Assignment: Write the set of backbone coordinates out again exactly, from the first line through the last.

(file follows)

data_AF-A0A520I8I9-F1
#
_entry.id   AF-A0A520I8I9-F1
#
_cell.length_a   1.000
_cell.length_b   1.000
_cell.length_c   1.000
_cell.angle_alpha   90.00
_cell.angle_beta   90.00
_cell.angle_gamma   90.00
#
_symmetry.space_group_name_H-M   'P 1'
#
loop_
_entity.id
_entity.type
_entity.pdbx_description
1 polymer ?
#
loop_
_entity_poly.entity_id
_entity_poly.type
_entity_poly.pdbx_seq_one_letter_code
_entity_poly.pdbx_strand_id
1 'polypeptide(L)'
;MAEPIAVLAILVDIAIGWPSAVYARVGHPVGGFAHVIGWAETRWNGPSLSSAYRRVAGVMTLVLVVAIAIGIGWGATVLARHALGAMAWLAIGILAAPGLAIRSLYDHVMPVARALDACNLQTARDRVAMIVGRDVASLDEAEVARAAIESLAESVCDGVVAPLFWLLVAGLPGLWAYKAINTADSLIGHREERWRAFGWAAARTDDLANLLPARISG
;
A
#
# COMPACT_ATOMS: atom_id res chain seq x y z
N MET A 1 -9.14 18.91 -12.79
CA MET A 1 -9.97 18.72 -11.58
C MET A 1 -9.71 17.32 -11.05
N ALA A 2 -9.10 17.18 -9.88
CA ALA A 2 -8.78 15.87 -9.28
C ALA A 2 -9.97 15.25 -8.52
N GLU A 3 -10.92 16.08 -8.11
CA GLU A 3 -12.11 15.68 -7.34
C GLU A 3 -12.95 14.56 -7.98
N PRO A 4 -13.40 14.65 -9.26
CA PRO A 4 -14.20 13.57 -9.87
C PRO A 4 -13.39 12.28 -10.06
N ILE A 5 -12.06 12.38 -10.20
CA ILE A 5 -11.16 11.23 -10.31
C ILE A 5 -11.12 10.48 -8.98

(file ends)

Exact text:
data_AF-A0A520I8I9-F1
#
_entry.id   AF-A0A520I8I9-F1
#
_cell.length_a   1.000
_cell.length_b   1.000
_cell.length_c   1.000
_cell.angle_alpha   90.00
_cell.angle_beta   90.00
_cell.angle_gamma   90.00
#
_symmetry.space_group_name_H-M   'P 1'
#
loop_
_entity.id
_entity.type
_entity.pdbx_description
1 polymer ?
#
loop_
_entity_poly.entity_id
_entity_poly.type
_entity_poly.pdbx_seq_one_letter_code
_entity_poly.pdbx_strand_id
1 'polypeptide(L)'
;MAEPIAVLAILVDIAIGWPSAVYARVGHPVGGFAHVIGWAETRWNGPSLSSAYRRVAGVMTLVLVVAIAIGIGWGATVLARHALGAMAWLAIGILAAPGLAIRSLYDHVMPVARALDACNLQTARDRVAMIVGRDVASLDEAEVARAAIESLAESVCDGVVAPLFWLLVAGLPGLWAYKAINTADSLIGHREERWRAFGWAAARTDDLANLLPARISG
;
A
#
# COMPACT_ATOMS: atom_id res chain seq x y z
N MET A 1 -9.14 18.91 -12.79
CA MET A 1 -9.97 18.72 -11.58
C MET A 1 -9.71 17.32 -11.05
N ALA A 2 -9.10 17.18 -9.88
CA ALA A 2 -8.78 15.87 -9.28
C ALA A 2 -9.97 15.25 -8.52
N GLU A 3 -10.92 16.08 -8.11
CA GLU A 3 -12.11 15.68 -7.34
C GLU A 3 -12.95 14.56 -7.98
N PRO A 4 -13.40 14.65 -9.26
CA PRO A 4 -14.20 13.57 -9.87
C PRO A 4 -13.39 12.28 -10.06
N ILE A 5 -12.06 12.38 -10.20
CA ILE A 5 -11.16 11.23 -10.31
C ILE A 5 -11.12 10.48 -8.98